Thulium Facts

Chemical & Physical Properties of Thulium

These are various forms of elemental thulium.
These are various forms of the element thulium, including dendrites of thulium crystals and a cube of thulium metal. Alchemist-hp, Creative Commons License

Thulium is one of the rarest of the rare earth metals. This silver-gray metals shares many common properties with other lanthanides, but also displays some unique characteristics. Here is a look at some interesting thulium facts:

  • Although the rare earth elements aren't all that rare, they are so-named because they are difficult to extract from their ores and purify. Thulium actually is the least abundant of the rare earths.
  • Thulium metal is soft enough that it can be cut with a knife. Like other rare earths, it is malleable and ductile.
  • Thulium has a silvery appearance. It is fairly stable in air. It reacts slowly in water and more quickly in acids.
  • Swedish chemist Per Teodor Cleve discovered thulium in 1879 from an analysis of the mineral erbia, a source of several rare earth elements.
  • Thulium is named for the early name for Scandinavia -- Thule.
  • The principal source of thulium is the mineral monazite, which contains thulium at a concentration of about 20 parts per million.
  • Thulium is not toxic, although it has no known biological function.
  • Natural thulium consists of one stable isotope, Tm-169. 32 radioactive isotopes of thulium have been produced, with atomic masses ranging from 146 to 177.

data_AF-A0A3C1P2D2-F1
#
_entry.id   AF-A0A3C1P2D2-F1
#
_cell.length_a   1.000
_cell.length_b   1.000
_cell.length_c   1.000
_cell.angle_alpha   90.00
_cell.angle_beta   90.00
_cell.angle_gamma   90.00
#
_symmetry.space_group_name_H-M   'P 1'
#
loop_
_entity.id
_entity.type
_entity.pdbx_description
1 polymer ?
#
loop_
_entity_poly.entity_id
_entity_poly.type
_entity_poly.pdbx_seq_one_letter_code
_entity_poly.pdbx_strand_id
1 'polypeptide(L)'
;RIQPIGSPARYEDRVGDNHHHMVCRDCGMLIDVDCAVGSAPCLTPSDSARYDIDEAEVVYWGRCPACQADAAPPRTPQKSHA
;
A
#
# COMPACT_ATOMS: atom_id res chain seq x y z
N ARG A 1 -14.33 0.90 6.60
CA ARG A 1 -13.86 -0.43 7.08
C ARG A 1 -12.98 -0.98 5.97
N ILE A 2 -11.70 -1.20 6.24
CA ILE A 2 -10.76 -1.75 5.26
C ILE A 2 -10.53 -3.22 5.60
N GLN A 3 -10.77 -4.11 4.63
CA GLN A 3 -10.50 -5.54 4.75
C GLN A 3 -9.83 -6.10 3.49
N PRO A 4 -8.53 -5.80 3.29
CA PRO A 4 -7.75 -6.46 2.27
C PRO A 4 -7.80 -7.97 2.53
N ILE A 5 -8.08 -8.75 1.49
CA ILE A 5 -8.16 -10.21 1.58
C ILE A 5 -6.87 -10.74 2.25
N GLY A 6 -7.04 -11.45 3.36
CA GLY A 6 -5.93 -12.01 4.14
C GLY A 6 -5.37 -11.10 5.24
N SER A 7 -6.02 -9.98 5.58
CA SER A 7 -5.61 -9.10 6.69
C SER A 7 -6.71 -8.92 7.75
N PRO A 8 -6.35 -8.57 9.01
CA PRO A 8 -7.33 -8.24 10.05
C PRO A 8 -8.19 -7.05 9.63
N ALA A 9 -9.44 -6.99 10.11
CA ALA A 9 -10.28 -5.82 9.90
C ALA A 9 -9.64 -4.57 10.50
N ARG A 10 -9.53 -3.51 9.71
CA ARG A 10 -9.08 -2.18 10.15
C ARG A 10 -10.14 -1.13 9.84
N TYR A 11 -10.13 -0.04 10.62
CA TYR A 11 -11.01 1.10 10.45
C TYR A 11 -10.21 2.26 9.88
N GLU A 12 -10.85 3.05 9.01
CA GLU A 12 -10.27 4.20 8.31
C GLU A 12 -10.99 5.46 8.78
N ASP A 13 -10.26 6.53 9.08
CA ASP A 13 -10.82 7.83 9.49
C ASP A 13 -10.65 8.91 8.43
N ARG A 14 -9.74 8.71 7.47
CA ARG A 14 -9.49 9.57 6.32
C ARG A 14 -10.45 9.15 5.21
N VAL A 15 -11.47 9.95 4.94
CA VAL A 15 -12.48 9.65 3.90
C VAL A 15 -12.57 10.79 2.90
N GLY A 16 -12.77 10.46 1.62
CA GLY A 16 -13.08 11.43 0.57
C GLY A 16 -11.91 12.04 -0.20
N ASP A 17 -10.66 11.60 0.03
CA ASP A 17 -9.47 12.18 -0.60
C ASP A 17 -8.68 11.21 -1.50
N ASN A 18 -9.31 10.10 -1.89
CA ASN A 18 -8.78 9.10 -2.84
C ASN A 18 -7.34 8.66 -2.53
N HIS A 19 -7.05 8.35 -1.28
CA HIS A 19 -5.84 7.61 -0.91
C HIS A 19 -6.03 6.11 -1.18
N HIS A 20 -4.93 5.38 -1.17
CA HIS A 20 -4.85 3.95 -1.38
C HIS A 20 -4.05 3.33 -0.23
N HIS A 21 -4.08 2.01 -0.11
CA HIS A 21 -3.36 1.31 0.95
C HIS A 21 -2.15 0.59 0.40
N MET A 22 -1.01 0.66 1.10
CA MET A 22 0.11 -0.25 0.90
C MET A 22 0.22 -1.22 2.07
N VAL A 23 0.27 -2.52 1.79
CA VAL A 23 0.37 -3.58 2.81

• The most common oxidation state of thulium is Tm3+. This trivalent ion most commonly forms green compounds. When excited, Tm3+ emits a strong blue fluorescence. One interesting fact is that this fluorescence, along with red from europium Eu3+ and green from terbium Tb3+, are used as security markers in Euro banknotes. The fluorescence appears when the notes are held under black or ultraviolet light.
  • Because of its rarity and expense, there are not many uses for thulium and its compounds. However, it is used to dope YAG (yttrium aluminum garnet) lasers, in ceramic magnetic materials, and as a radiation source (after bombardment in a reactor) for portable x-ray equipment.

Thulium Chemical and Physical Properties

Element Name: Thulium

Atomic Number: 69

Symbol: Tm

Atomic Weight: 168.93421

Discovery: Per Theodor Cleve 1879 (Sweden)

Electron Configuration: [Xe] 4f13 6s2

Element Classification: Rare Earth (Lanthanide)

Word Origin: Thule, ancient name of Scandinavia.

Density (g/cc): 9.321

Melting Point (K): 1818

Boiling Point (K): 2220

Appearance: soft, malleable, ductile, silvery metal

Atomic Radius (pm): 177

Atomic Volume (cc/mol): 18.1

Covalent Radius (pm): 156

Ionic Radius: 87 (+3e)

Specific Heat (@20°C J/g mol): 0.160

Evaporation Heat (kJ/mol): 232

Pauling Negativity Number: 1.25

First Ionizing Energy (kJ/mol): 589

Oxidation States: 3, 2

Lattice Structure: Hexagonal

Lattice Constant (Å): 3.540

Lattice C/A Ratio: 1.570

References: Los Alamos National Laboratory (2001), Crescent Chemical Company (2001), Lange's Handbook of Chemistry (1952), CRC Handbook of Chemistry & Physics (18th Ed.)

 

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Helmenstine, Anne Marie, Ph.D. "Thulium Facts." ThoughtCo, Aug. 22, 2015, thoughtco.com/thulium-facts-606606. Helmenstine, Anne Marie, Ph.D. (2015, August 22). Thulium Facts. Retrieved from https://www.thoughtco.com/thulium-facts-606606 Helmenstine, Anne Marie, Ph.D. "Thulium Facts." ThoughtCo. https://www.thoughtco.com/thulium-facts-606606 (accessed November 23, 2017).